I can pinpoint almost to the day when my obsession with the Great War of the Ring began ... I was twelve and going into the library at school for a period of reading and my hand happened to fall on a sleek hardback volume, titled simply, The Two Towers. Hello, I thought, this looks interesting...
That was the understatement of the century, for I simply could not put this wonderful book down and had to read it cover to cover without pause (almost) - a tremendous bit of storytelling which was so absorbing ...
This was the second part of the trilogy, The Lord of the Rings, and so rapt was I at the work that I nagged my parents non stop to let me have the entire magical tale, and so it was that in 1972 I bought a thick paper back book, with nearly 1100 pages, for £2.10(!) I got the 1972 eleventh impression one paperback version of the most amazing book of the Twentieth Century, J R R Tolkien's meisterwork, The Lord of the Rings.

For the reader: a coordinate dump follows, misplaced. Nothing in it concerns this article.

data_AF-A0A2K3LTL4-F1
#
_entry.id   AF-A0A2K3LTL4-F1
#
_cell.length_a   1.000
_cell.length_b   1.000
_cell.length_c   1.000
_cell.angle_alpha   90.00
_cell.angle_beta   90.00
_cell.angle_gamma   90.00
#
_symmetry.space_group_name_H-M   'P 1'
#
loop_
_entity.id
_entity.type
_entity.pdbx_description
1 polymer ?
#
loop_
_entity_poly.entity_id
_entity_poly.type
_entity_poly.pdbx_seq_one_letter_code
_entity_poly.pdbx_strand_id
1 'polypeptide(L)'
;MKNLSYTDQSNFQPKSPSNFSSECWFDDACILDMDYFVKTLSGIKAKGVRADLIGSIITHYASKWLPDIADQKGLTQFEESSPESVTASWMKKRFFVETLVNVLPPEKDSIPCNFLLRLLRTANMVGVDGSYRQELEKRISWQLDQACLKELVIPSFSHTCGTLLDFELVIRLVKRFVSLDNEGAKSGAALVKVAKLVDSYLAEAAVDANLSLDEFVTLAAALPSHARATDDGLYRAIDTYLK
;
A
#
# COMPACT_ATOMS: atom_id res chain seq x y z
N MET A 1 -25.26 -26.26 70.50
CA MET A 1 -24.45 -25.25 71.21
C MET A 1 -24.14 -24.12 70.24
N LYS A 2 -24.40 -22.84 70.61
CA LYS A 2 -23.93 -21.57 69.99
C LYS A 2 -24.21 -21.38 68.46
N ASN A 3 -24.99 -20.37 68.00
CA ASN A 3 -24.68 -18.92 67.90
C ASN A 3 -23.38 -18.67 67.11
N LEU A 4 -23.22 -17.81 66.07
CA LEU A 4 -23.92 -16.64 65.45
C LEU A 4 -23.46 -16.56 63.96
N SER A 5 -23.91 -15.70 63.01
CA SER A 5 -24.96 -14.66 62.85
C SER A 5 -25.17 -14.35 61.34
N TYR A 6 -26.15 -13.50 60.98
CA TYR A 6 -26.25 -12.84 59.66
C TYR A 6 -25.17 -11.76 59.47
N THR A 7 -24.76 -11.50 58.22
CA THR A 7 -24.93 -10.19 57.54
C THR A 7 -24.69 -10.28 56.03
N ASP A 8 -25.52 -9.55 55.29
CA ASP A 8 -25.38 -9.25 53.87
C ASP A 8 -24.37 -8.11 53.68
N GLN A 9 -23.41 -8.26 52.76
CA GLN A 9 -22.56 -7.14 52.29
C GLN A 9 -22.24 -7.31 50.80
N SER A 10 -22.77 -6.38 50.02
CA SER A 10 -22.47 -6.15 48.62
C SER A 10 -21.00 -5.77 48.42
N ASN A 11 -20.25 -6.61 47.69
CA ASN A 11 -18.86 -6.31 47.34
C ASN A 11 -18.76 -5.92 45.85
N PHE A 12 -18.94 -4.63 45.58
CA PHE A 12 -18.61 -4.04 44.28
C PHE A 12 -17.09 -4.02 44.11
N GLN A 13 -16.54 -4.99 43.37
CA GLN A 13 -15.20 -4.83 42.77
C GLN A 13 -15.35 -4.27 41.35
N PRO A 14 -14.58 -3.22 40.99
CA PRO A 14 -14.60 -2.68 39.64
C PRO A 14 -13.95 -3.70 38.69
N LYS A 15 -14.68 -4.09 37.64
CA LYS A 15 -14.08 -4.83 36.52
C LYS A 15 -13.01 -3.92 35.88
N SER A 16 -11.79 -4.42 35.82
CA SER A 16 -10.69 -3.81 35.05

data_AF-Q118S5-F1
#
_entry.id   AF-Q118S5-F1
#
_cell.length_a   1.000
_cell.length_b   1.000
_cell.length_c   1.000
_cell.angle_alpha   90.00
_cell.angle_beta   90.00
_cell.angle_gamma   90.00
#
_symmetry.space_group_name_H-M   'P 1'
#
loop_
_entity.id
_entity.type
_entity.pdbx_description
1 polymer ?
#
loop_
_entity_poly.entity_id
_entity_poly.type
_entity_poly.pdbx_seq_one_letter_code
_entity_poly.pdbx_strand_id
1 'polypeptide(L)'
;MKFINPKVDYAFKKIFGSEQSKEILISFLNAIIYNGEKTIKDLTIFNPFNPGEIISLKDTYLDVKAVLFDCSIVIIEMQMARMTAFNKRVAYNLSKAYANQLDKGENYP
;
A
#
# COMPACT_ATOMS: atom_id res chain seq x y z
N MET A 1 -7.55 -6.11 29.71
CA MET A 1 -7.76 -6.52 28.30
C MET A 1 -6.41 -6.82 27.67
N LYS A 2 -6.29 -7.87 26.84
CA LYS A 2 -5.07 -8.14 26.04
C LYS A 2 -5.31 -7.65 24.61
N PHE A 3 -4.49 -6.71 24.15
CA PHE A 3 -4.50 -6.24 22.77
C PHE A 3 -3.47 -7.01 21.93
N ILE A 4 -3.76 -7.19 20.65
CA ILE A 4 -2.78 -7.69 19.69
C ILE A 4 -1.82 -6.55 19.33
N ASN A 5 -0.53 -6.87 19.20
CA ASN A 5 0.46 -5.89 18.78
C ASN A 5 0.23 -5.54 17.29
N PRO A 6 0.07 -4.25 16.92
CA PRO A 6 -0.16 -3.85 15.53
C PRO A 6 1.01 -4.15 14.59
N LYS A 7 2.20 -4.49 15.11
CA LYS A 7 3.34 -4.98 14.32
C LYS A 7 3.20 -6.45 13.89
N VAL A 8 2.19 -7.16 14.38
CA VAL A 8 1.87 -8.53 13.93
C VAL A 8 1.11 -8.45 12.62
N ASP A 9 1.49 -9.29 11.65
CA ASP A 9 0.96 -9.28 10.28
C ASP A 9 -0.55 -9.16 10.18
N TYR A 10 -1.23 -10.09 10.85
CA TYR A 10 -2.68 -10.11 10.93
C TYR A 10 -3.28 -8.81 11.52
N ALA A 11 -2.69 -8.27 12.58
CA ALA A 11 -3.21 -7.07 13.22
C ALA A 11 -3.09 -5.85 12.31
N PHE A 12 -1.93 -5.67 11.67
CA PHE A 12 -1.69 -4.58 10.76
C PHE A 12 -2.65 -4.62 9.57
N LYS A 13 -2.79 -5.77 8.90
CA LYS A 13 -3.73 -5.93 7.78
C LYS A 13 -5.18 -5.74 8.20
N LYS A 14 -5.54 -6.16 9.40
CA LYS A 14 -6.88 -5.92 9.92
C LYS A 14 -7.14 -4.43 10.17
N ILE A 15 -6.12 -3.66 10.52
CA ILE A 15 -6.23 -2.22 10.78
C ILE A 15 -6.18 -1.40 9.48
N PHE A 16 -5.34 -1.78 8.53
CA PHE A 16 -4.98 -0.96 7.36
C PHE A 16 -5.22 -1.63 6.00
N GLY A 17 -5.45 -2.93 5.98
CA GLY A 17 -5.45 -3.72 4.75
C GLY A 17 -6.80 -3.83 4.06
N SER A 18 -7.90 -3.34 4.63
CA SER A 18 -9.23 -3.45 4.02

It was a defining moment in my life, sad chap that I am, but I had never known anything like this, a fairy tale full of heroic and foul deeds, populated by a weird little race called Hobbits, by fearsome Orcs, flawed Men, wonderful Wizards, the evil Nazgul, the loathsome Smeagol and a history so awesome it could not be dismissed as mere frippery - I clearly remember being struck dumb at the sheer majesty and wonderment of it all, like nothing before or since ... THIS BOOK IS LIKE NO OTHER THAT YOU WILL EVER READ.
Many have tried to draw a parallel between Tolkien's tale and the Second World War, which cut right across his composition of it. The Hobbit was out in 1937, and LOTR took until 1954 to realise, so it may have seemed to many that the allegory was valid - however, the author himself disputes the point in the Foreword he penned for the paperback one volume version which was first issued in 1966 -